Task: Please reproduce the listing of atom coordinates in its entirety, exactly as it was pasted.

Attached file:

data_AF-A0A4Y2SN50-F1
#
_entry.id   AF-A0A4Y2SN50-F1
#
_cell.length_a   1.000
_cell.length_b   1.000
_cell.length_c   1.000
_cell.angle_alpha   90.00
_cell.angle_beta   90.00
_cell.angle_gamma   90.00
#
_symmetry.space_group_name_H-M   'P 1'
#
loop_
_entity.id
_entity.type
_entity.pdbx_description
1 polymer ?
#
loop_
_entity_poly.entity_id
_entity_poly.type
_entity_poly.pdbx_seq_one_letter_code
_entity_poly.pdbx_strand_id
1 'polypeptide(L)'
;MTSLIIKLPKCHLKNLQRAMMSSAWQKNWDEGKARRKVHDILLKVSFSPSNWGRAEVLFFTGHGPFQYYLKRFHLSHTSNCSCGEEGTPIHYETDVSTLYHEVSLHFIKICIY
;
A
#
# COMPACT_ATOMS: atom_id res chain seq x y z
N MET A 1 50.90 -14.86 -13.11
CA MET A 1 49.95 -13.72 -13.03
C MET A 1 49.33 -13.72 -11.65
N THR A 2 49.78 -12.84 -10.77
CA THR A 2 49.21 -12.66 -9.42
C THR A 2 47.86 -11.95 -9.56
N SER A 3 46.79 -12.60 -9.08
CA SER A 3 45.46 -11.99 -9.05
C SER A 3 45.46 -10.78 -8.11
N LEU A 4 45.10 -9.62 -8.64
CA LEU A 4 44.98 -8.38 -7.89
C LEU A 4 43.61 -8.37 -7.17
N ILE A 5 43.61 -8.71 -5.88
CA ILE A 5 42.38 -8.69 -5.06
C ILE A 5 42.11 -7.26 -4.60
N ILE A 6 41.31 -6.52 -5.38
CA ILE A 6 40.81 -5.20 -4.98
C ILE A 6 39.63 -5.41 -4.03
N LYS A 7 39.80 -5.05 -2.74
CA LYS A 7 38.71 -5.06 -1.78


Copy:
data_AF-A0A4Y2SN50-F1
#
_entry.id   AF-A0A4Y2SN50-F1
#
_cell.length_a   1.000
_cell.length_b   1.000
_cell.length_c   1.000
_cell.angle_alpha   90.00
_cell.angle_beta   90.00
_cell.angle_gamma   90.00
#
_symmetry.space_group_name_H-M   'P 1'
#
loop_
_entity.id
_entity.type
_entity.pdbx_description
1 polymer ?
#
loop_
_entity_poly.entity_id
_entity_poly.type
_entity_poly.pdbx_seq_one_letter_code
_entity_poly.pdbx_strand_id
1 'polypeptide(L)'
;MTSLIIKLPKCHLKNLQRAMMSSAWQKNWDEGKARRKVHDILLKVSFSPSNWGRAEVLFFTGHGPFQYYLKRFHLSHTSNCSCGEEGTPIHYETDVSTLYHEVSLHFIKICIY
;
A
#
# COMPACT_ATOMS: atom_id res chain seq x y z
N MET A 1 50.90 -14.86 -13.11
CA MET A 1 49.95 -13.72 -13.03
C MET A 1 49.33 -13.72 -11.65
N THR A 2 49.78 -12.84 -10.77
CA THR A 2 49.21 -12.66 -9.42
C THR A 2 47.86 -11.95 -9.56
N SER A 3 46.79 -12.60 -9.08
CA SER A 3 45.46 -11.99 -9.05
C SER A 3 45.46 -10.78 -8.11
N LEU A 4 45.10 -9.62 -8.64
CA LEU A 4 44.98 -8.38 -7.89
C LEU A 4 43.61 -8.37 -7.17
N ILE A 5 43.61 -8.71 -5.88
CA ILE A 5 42.38 -8.69 -5.06
C ILE A 5 42.11 -7.26 -4.60
N ILE A 6 41.31 -6.52 -5.38
CA ILE A 6 40.81 -5.20 -4.98
C ILE A 6 39.63 -5.41 -4.03
N LYS A 7 39.80 -5.05 -2.74
CA LYS A 7 38.71 -5.06 -1.78